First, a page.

Finland fared comparatively well during the pandemic. There were very few and fairly relaxed lockdowns, the healthcare system was under significant stress but managed all the way through, and the economy did not take as big a hit as many other countries. Also, most of the population has been satisfied with the way the pandemic was handled by the government. Even most opposition voters shared this view. Yet the pandemic economy was one of the biggest themes of the election. The opposition could not really criticise the health or care aspect of the pandemic handling, so they attacked the government on its ‘irresponsible and reckless’ economic policy that created ‘uncontrollable debt’ and pushed the country towards a ‘Greek’ or ‘Venezuelan’ way (depending on the speaker). In Finland, public debt is a constant and serious concern in the public debate. For example, different Eurobarometer surveys show Finland as one of the EU member states where concern for public debt is multiple times higher than the bloc’s average. Attacking the still-sitting government’s public debt worked even if the Finnish public debt is not above EU average, and certainly not spiralling out of control.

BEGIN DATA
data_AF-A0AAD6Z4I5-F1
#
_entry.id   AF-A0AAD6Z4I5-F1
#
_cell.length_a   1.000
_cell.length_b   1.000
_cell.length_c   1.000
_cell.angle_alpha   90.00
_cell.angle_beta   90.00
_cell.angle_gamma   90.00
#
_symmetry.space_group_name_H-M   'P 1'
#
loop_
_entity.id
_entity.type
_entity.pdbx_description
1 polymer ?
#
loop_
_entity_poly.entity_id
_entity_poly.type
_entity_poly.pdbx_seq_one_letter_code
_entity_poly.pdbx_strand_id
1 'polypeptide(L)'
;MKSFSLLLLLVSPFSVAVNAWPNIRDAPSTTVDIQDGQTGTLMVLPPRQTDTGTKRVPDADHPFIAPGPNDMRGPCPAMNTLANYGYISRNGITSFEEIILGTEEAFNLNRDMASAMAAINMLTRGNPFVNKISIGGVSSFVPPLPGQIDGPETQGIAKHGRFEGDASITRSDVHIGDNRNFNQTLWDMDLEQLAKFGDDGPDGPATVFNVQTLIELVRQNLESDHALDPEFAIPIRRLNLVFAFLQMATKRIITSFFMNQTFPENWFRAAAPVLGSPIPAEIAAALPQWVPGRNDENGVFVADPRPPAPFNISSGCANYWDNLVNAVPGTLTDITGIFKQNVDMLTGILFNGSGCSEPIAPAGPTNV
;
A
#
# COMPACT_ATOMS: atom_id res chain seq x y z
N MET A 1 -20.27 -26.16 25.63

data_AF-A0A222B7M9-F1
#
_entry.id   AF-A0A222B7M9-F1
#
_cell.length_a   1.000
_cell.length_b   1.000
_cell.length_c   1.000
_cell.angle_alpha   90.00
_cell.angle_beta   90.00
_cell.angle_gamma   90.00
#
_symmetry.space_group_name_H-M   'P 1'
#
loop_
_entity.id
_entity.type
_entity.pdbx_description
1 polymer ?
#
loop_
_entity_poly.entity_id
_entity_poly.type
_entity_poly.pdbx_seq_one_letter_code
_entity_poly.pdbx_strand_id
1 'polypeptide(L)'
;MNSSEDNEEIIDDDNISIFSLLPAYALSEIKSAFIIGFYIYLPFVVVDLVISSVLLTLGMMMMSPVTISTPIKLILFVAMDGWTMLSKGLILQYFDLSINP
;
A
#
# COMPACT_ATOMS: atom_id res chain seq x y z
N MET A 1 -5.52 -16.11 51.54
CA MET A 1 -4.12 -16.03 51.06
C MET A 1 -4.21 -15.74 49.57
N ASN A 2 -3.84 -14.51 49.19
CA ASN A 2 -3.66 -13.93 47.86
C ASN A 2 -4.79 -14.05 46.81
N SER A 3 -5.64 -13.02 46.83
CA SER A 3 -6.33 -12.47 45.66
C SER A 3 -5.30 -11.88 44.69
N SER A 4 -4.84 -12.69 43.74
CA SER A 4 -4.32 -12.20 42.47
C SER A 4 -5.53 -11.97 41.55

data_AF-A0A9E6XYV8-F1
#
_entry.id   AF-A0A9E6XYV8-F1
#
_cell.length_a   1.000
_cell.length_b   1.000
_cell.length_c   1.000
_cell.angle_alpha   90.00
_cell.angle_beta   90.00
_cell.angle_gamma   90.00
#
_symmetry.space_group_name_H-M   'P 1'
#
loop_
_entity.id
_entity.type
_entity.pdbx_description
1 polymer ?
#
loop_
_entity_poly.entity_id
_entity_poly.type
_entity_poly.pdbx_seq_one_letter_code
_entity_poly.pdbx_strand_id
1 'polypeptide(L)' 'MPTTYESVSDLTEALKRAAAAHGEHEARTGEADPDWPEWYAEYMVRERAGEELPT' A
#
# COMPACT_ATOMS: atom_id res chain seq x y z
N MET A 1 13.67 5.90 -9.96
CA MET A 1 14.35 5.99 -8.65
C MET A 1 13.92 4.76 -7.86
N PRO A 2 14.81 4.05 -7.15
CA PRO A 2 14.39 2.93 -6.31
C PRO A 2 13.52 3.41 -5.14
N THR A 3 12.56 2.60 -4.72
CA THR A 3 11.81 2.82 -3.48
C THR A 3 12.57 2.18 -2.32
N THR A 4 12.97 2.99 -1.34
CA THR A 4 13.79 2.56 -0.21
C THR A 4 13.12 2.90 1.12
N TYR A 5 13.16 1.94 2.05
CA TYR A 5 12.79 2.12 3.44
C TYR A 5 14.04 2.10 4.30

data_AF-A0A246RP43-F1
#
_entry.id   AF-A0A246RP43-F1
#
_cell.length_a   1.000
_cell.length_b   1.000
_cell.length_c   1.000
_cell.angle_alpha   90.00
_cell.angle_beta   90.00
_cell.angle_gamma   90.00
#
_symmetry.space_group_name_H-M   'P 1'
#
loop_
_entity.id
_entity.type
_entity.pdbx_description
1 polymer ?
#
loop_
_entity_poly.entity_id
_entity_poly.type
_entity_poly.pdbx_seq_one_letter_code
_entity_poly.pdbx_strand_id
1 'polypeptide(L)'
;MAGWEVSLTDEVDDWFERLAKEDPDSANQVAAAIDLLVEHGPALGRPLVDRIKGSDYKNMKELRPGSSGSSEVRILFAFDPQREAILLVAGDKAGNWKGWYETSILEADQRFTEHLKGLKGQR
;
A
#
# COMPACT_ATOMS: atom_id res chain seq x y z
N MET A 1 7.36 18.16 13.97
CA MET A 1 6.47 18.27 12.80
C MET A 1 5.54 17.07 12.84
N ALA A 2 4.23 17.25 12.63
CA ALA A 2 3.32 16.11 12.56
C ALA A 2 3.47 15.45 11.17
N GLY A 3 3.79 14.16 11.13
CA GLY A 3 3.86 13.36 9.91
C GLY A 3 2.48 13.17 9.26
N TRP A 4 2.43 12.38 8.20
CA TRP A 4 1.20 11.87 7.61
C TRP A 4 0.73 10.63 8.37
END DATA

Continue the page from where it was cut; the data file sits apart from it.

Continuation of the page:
The NCP promised serious and responsible economic policy with strong austerity measures to direct the economy onto the ‘right path’. Their campaign pledge was a saving 6 billion euros with austerity measures, most of which were public spending cuts on health care, social security and services. The Finns party agreed with the size of the austerity plans, but they never published a clear position on where these cuts should be made.
SDP provided a clear alternative: investment in employment and growth. This polarised the political field into two camps: that of NCP and the Finns on one side, and that of SDP on the other. This polarisation pushed the debate towards more of a competition between the three parties’ candidates for prime minister selection. And that benefitted all three largest parties at the expense of the smaller ones: especially the Greens and the Left Alliance have been the losers of this polarisation.
A changing political field